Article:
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Gloster Gladiator

The Gloster Gladiator was a British-built biplane fighter.

It was used by the RAF and the FAA as the Sea Gladiator; it was also exported to a number of other air forces during the late 1930s.

Developed privately as the Gloster SS.37, it was the RAF’s last biplane fighter aircraft, and was rendered obsolete by newer monoplane designs even as it was being introduced.

Though often pitted against more formidable foes during the early days of the Second World War, it acquitted itself reasonably well in combat.

The Gladiator saw action in almost all theatres during the Second World War, with a large number of air forces, some of them on the Axis side.

The RAF used it in France, Norway, Greece, the defence of Malta, the Middle East, and the brief Anglo-Iraqi War (during which the Royal Iraqi Air Force was similarly equipped).

Other countries deploying the Gladiator included China against Japan, beginning in 1938; Finland against the Soviet Union in the Winter War and the Continuation War; Sweden as a neutral non-combatant; and Norway, Belgium, and Greece resisting Axis invasion of their respective lands.

South African pilot Marmaduke “Pat” Pattle was the top Gladiator ace with 15 victories with the type.

Manufacturing of the Gladiator was started at Gloster’s Hucclecote facility.

Production of the initial batch was performed simultaneously, leading to many aircraft being completed around the same time.

On 16 February 1937, K6129, the first production Gladiator, was formally accepted by the RAF; on 4 March 1937, K6151, the last aircraft of the initial batch, was delivered.

In September 1935, a follow-up order of 180 aircraft was also received from the Air Ministry; this order had the proviso that all aircraft had to be delivered before the end of 1937.

The first version, the Gladiator Mk I, was delivered from July 1936, becoming operational in January 1937.

The Mk II soon followed, the main differences being a slightly more powerful Mercury VIIIAS engine with Hobson mixture control boxes and a partly automatic boost-control carburettor, driving a Fairey fixed-pitch three-blade metal propeller, instead of the two-blade wooden one of the Mark I.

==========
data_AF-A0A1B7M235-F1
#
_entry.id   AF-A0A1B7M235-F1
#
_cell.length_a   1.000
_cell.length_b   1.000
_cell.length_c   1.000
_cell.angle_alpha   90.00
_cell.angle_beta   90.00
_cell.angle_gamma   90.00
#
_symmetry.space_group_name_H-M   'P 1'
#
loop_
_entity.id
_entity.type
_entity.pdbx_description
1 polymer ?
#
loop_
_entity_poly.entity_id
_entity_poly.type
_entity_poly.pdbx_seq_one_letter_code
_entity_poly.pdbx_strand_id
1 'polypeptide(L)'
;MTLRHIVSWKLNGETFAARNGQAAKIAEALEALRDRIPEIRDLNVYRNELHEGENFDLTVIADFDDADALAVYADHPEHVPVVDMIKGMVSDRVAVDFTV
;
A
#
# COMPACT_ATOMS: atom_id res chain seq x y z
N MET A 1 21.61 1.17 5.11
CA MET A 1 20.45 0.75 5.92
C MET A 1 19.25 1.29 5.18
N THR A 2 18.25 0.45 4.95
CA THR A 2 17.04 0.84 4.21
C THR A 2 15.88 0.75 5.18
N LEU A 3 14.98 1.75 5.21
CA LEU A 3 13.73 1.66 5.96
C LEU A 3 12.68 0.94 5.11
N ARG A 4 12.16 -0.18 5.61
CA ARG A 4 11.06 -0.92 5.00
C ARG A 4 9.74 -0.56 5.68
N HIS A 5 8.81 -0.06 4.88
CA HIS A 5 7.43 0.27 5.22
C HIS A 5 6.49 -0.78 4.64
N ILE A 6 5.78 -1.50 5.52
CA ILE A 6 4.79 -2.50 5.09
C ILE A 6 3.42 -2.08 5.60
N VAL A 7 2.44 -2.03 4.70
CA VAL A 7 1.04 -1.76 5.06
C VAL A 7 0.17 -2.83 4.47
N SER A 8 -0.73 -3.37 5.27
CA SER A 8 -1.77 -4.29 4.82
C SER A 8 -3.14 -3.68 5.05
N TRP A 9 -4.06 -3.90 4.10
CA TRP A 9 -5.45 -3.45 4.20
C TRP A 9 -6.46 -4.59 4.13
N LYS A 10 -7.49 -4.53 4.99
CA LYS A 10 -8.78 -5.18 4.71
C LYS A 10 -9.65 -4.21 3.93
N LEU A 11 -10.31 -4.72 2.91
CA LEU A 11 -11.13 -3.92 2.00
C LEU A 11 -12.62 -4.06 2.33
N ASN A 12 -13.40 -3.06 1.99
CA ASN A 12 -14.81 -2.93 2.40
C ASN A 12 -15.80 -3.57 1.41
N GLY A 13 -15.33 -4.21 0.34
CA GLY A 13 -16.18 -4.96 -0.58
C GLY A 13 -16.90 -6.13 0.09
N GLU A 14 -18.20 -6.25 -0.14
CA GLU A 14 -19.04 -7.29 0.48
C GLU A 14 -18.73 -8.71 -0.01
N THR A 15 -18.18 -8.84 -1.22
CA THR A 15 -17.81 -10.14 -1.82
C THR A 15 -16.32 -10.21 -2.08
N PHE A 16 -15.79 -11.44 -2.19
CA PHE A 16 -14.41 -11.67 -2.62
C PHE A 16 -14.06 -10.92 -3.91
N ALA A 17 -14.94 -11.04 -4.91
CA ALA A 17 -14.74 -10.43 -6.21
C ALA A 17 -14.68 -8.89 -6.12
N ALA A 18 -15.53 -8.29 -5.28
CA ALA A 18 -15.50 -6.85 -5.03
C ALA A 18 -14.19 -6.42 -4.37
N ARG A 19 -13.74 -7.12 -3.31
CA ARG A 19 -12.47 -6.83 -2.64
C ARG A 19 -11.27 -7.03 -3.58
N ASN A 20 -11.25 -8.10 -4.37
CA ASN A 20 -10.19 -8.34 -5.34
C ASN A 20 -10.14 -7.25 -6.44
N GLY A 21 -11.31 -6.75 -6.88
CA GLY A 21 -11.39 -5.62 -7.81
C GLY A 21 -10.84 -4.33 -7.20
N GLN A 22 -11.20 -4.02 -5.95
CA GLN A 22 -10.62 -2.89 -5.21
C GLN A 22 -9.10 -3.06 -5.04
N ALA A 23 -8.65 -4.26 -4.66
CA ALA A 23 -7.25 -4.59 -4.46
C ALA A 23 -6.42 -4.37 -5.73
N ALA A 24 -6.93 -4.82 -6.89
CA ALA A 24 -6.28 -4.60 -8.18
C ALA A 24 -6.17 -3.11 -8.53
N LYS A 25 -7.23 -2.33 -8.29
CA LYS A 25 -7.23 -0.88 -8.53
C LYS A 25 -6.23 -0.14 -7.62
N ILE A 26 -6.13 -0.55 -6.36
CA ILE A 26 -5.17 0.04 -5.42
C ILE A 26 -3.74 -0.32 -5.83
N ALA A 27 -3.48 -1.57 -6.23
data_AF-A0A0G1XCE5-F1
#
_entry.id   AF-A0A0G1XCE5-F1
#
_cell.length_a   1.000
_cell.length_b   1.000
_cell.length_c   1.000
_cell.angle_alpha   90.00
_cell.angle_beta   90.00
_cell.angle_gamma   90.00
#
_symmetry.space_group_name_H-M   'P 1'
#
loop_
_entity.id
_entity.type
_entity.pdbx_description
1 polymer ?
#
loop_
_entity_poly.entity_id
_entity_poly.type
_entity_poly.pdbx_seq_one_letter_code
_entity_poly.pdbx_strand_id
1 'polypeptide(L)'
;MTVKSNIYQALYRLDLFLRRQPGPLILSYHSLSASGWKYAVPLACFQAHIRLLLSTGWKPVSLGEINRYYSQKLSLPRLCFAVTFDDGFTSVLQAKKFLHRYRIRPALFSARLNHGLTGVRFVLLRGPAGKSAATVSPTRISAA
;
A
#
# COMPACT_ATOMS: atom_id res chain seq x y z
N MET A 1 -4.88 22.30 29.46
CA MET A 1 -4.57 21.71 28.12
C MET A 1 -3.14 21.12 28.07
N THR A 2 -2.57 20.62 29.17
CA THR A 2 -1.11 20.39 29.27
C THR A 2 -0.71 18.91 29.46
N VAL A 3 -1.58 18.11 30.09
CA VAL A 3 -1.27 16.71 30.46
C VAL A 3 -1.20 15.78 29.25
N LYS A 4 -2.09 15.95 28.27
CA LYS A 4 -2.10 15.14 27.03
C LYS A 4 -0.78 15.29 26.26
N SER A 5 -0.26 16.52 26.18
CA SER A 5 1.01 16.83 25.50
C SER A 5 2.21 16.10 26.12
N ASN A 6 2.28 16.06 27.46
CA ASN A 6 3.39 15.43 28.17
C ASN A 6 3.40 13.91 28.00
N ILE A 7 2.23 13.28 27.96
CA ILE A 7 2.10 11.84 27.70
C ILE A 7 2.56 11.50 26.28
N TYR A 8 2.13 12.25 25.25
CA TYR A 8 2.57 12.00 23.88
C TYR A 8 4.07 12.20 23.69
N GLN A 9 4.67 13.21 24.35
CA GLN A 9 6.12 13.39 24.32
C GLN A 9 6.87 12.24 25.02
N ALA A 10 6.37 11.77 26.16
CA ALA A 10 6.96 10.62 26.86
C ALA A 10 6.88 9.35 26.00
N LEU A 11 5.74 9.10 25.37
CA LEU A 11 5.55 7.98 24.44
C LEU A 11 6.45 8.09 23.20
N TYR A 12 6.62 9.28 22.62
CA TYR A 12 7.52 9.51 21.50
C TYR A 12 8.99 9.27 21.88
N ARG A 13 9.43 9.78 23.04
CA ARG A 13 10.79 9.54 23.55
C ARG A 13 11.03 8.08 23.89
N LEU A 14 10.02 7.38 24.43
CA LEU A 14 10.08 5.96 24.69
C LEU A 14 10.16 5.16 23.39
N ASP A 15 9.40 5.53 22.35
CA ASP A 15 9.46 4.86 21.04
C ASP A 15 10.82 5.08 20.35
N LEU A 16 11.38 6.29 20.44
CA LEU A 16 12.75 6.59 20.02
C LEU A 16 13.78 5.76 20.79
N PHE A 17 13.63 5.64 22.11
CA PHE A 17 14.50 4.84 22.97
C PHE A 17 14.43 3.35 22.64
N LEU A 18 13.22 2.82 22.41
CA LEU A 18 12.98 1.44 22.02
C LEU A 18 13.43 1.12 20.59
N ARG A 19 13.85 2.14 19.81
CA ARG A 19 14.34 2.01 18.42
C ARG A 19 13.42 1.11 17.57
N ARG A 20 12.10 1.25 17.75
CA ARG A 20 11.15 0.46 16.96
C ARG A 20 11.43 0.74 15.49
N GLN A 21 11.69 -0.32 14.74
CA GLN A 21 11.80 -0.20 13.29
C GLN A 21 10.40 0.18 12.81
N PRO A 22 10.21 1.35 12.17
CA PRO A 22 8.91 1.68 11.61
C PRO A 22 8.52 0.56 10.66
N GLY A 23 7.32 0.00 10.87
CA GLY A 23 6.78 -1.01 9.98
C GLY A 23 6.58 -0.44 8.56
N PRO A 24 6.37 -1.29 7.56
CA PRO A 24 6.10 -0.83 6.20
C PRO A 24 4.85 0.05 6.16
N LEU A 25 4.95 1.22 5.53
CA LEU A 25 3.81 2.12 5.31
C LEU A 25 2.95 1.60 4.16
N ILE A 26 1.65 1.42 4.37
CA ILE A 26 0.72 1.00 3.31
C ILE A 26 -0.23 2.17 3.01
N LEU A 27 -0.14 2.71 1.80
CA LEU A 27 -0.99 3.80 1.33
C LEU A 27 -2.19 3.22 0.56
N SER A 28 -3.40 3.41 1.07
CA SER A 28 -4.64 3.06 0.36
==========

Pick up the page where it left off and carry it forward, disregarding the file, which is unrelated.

All MK II Gladiators also carried Browning 0.303-inch machine guns (licence-manufactured by the BSA company in Birmingham) in place of the Vickers-Lewis combination of the MK I.

A modified Mk II, the Sea Gladiator, was developed for the Fleet Air Arm, with an arrestor hook, catapult attachment points, a strengthened airframe, and an underbelly fairing for a dinghy lifeboat, all for operations aboard aircraft carriers.

Of the 98 aircraft built as, or converted to, Sea Gladiators, 54 were still in service by the outbreak of the Second World War.

The Gladiator was the last British biplane fighter to be manufactured, and the first to feature an enclosed cockpit.

It possessed a top speed of about 257 mph (414 km/h; 223 kn), yet even as the Gladiator was introduced, it was already being eclipsed by new-generation monoplane fighters, such as the RAF Hawker Hurricane and Supermarine Spitfire, and the Luftwaffe Messerschmitt Bf 109.

In total, 747 aircraft were built (483 RAF, 98 RN), with 216 being exported to 13 countries, some of which were from the total allotted to the RAF.

Gladiators were sold to Belgium, China, Egypt, Finland, Free France, Greece, Iraq, Ireland, Latvia, Lithuania, Norway, Portugal, South Africa, and Sweden.




Gladiator I

Version powered by a single 840 hp (630 kW) Bristol Mercury IX air-cooled radial piston engine.

The aircraft was designated J 8 in Swedish Air Force service.

Delivered 1937–38, 378 built.

Gladiator II

Version powered by a single Bristol Mercury VIIIA air-cooled radial piston engine.

The aircraft was designated J 8A in Swedish Air Force service.

Delivered 1938–39, 270 built.

Sea Gladiator Interim

Single-seat fighter biplane for the Royal Navy, 38 modified Gladiator II aircraft.

Fitted with arrestor hooks.

Sea Gladiator

Single-seat fighter biplane for the Royal Navy, 60 built.

Fitted with arrestor hooks and provision for dinghy stowage.





27 ft 5 in (8.36 m)


32 ft 3 in (9.83 m)


11 ft 9 in (3.58 m)

Wing area

323 sq ft (30.0 m2)


RAF 28

Empty weight

3,217 lb (1,459 kg)

Gross weight

4,594 lb (2,084 kg)


1 × Bristol Mercury IX,

9-cylinder air-cooled radial piston engine,

830 hp (620 kW)


3-bladed fixed-pitch metal propeller


Maximum speed

253 mph (407 km/h, 220 kn) at 14,500 ft (4,420 m)

Cruise speed

210 mph (340 km/h, 180 kn)

Stall speed

53 mph (85 km/h, 46 kn)


2 hours

Service ceiling

32,800 ft (10,000 m)

Rate of climb

2,300 ft/min (12 m/s)

Time to altitude

10,000 ft (3,048 m) in 4 minutes 45 seconds




Two synchronised .303 in Vickers machine guns in fuselage sides, two .303 in Lewis machine guns; one beneath each lower wing.

Later aircraft

Four .303 calibre M1919 Browning machine guns; two synchronised guns in fuselage sides and one beneath each lower wing.

On at least some Sea Gladiators, provision existed for a pair of Brownings to be fitted under the upper wings as well, bringing the total to six.

Official service release trials were not completed before the Sea Gladiators were replaced by later types, although some upper wing Brownings may have been fitted in the field, in particular in Malta.



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